1) Make sure you have a private key to access the repository (this only need to happen once). If you don’t have a private key, then:
– Start -> All Programs -> TortoiseGit -> PuttyGen
– Click on “Generate” to generate a new random key.
– You will then see your Public key. This key needs to be inserted in your Git profile. Go to your Git account (GitHub, Bitbuket, or the one you use) . Go to your Profile Settings and locate “SSH Keys”. Paste your public key here.
– Go back to Putty and Save your private key to any local directory (Ex: C:\MyKey). Make sure you don’t move or delete this folder.
2) Now with private key ready, right click in folder you want the repository to be in and click on “Git Create repository here…”.
Now you have a local folder for your repository. This repository needs to contain the -prj folder and .qvw file. You can even create your repository in your development folders.
Committing your changes
There are 3 stages when committing changes.
a) Committing to a local branch. This is stored locally and if something happens to your computer, changes will be lost.
b) Push to a remote branch. All changes will be committed to a branch in the server.
c) Push to Master branch. The Master branch is that with the working copies. You can commit several changes to your remote branch before you commit to the master (and final version) repository.
To commit a file, right click, “Git Commit”. There you’ll have a the option to create your local branch.
At this point everything is committed to your local branch. We can now click on “Push” to commit it to our remote branch. (We are still not changing the master repository, but putting everything in the server in case anything happens with our computer).
We choose the local branch previously created and enter a name for the new branch in our server. Click ok.
No everything is in our remote branch. Before committing everything to our Master repository we can keep committing things to our remote branch. Once we are ready, we right click on our Repository folder, go to “Git Branch” and change it to “master”. That means that we will now be committing things directly to our master branch in the server. We can follow the same steps as before.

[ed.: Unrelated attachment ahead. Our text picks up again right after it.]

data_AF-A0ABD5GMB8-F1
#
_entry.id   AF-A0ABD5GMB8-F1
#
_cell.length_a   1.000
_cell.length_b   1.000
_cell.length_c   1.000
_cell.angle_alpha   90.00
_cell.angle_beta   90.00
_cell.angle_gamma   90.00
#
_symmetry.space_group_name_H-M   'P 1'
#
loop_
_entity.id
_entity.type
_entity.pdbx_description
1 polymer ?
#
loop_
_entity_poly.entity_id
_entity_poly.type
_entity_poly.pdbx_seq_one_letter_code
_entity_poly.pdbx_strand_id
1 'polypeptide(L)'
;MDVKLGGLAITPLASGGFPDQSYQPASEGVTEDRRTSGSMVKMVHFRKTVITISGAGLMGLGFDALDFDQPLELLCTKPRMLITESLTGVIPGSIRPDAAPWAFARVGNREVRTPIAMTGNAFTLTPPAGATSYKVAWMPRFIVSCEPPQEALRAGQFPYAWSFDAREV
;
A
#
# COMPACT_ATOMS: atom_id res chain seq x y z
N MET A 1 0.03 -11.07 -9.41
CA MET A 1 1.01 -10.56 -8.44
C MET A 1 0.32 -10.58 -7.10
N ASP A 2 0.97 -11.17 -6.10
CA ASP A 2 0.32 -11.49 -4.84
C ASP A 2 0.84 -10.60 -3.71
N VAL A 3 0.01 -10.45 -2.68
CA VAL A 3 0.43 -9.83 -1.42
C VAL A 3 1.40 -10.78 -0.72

Now that our changes are in the master repository, the rest of the team can Pull everything to make sure they are working with the last version.
Recreating the .qvw application from .xml files
Let’s suppose we lose our local qvw application and xml files. We have everything in our remote repository. We first Pull everything from our repo. We will have our MyApplication-prj folder. We then:
1) Open Qlikview Desktop. Create a blank document and save it under the same path of MyApplication-prj (not inside this folder!). Do NOT name it the same as the report. Put any other name.
At this stage you should see 1 folder and 1 file:
2) Open Windows Explorer and press F2 on the .qvw to manually change the name to match the application name. (MyApplication.qvw). You should now have:
3) FROM WITHIN QLIKVIEW (do not double click on the file), go to File -> Open, and open the application. Qlikview will recreate the application based on your xml files.
Version control is very useful when working in big projects or when different people are working on the same file. Implement it only if it’s worth the trouble.
I hope you enjoy my post!